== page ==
Book Reviews, Bookworm Blogging

The Paper Palace [review]

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The Paper Palace by Miranda Cowley Heller
Published by Riverhead Books on January 6, 2021
my rating: 4.5 stars
Goodreads avg:
3.88 (as of 2022-04-17)
Spoiler-free review

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And I thought: now there is no turning back. No more regrets for what I haven’t done. Now only regrets for what I have done. I love him, I hate myself; I love myself, I hate him. This is the end of a long story.

I wasn’t sure what to expect from the blurb: Elle awakens at her family’s summer home the morning after sleeping with her childhood best friend and over the next 24 hours has to decide whether she wants to leave her husband. What I didn’t expect was for this to span decades, generations. While the story itself does take place over only a single day, much of it is filled in with flashbacks that slowly fill in the context until we understand more fully what Elle’s decision truly entails.

I caution readers to take care before picking this up, and to look up the content warnings. Both Elle’s history and her mother’s contain child sexual abuse and rape as well as parental abuse and neglect. I found the reading experience intense and graphic, but not needlessly so. Heller skillfully shows the aftermath of trauma and how tightly it manages to grip you.

The writing in this is truly beautiful, I marveled at the author’s way with words and was shocked to discover this was her debut novel. I cared so deeply for Elle and Jonas and was genuinely invested in their lives both together and apart. I know reading about cheating can be a dealbreaker for some people and while I don’t think cheating is a good thing, love can be complex and I think this was handled realistically and gracefully. Elle is torn between the life she thinks she should have with the husband she truly loves and the life she truly should have had with the man she has been connected to for decades. This isn’t a simple or easy choice and Heller didn’t paint it as such. I also found it interesting that many readers found the conclusion open-ended, I was positive I knew what she had chosen so other reviews surprised me!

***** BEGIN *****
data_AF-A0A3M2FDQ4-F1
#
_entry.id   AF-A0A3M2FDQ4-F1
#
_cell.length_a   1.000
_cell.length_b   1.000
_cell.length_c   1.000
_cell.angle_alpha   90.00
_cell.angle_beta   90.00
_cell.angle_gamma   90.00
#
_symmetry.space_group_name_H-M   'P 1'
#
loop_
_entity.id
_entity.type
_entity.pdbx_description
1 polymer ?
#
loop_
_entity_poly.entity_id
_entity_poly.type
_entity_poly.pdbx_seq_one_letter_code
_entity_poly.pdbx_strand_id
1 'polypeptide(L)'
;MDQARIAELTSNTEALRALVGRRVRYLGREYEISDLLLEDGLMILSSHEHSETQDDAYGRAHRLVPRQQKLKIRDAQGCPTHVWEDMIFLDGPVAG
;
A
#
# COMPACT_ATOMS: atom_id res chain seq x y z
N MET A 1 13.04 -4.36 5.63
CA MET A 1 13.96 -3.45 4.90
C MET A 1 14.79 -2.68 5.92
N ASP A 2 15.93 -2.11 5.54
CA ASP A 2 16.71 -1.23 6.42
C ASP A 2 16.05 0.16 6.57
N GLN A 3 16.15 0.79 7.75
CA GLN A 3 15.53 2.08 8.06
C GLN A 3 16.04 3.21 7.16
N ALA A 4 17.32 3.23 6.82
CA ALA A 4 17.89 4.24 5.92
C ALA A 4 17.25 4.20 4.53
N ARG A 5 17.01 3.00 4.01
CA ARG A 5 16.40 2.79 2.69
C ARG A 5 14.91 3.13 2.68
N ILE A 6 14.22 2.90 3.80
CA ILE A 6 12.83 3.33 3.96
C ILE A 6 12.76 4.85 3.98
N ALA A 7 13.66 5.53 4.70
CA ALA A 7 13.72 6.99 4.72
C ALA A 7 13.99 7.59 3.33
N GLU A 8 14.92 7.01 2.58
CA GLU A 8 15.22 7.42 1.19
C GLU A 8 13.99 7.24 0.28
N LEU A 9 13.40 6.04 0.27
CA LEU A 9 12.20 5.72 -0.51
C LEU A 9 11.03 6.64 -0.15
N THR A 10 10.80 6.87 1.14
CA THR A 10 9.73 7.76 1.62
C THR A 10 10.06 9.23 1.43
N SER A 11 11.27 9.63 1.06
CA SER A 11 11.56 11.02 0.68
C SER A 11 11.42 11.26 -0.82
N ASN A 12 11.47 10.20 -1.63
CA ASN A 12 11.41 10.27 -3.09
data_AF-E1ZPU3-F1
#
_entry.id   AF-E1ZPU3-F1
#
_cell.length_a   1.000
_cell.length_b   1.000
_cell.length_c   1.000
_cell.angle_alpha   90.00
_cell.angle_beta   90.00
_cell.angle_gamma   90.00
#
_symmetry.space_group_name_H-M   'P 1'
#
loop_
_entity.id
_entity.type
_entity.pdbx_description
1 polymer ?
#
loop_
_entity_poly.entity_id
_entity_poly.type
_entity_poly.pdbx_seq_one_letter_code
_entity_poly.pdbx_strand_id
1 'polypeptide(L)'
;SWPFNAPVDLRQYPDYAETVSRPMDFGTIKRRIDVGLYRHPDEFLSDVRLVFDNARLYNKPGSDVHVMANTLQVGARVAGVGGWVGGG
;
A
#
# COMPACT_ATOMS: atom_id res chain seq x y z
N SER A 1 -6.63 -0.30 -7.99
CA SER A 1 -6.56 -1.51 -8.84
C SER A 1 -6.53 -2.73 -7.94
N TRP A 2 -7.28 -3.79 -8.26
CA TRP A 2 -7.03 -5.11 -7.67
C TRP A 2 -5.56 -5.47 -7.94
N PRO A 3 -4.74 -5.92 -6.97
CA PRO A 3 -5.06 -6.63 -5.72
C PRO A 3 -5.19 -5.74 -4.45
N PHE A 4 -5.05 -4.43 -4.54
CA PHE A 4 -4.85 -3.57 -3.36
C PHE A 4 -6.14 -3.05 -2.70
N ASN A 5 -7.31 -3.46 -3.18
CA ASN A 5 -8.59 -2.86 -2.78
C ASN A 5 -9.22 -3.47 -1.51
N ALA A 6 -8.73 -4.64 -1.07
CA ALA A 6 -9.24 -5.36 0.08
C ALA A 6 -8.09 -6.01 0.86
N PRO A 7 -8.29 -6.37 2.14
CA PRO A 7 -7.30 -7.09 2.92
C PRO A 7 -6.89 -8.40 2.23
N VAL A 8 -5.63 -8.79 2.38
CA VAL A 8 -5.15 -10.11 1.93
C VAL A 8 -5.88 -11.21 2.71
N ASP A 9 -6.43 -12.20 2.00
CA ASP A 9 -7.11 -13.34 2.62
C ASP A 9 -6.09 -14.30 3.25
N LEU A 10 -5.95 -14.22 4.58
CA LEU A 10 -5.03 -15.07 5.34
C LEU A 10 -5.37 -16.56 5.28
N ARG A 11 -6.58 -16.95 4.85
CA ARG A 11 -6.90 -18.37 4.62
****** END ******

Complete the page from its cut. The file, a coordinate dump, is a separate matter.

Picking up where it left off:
My one issue is with a reveal that freed Elle in a way I felt she should have been freed from the start. I can’t go any deeper without spoilers but I will say that while I had no issue with the reveal itself, I didn’t particularly love Elle’s reaction to it.

All in all, I found this to be a beautiful yet devastating novel that will stick with me for years to come. I really look forward to what Heller puts out next and am glad this was selected for the Women’s Prize Longlist, which is what prompted me to read it.

click for content warnings.


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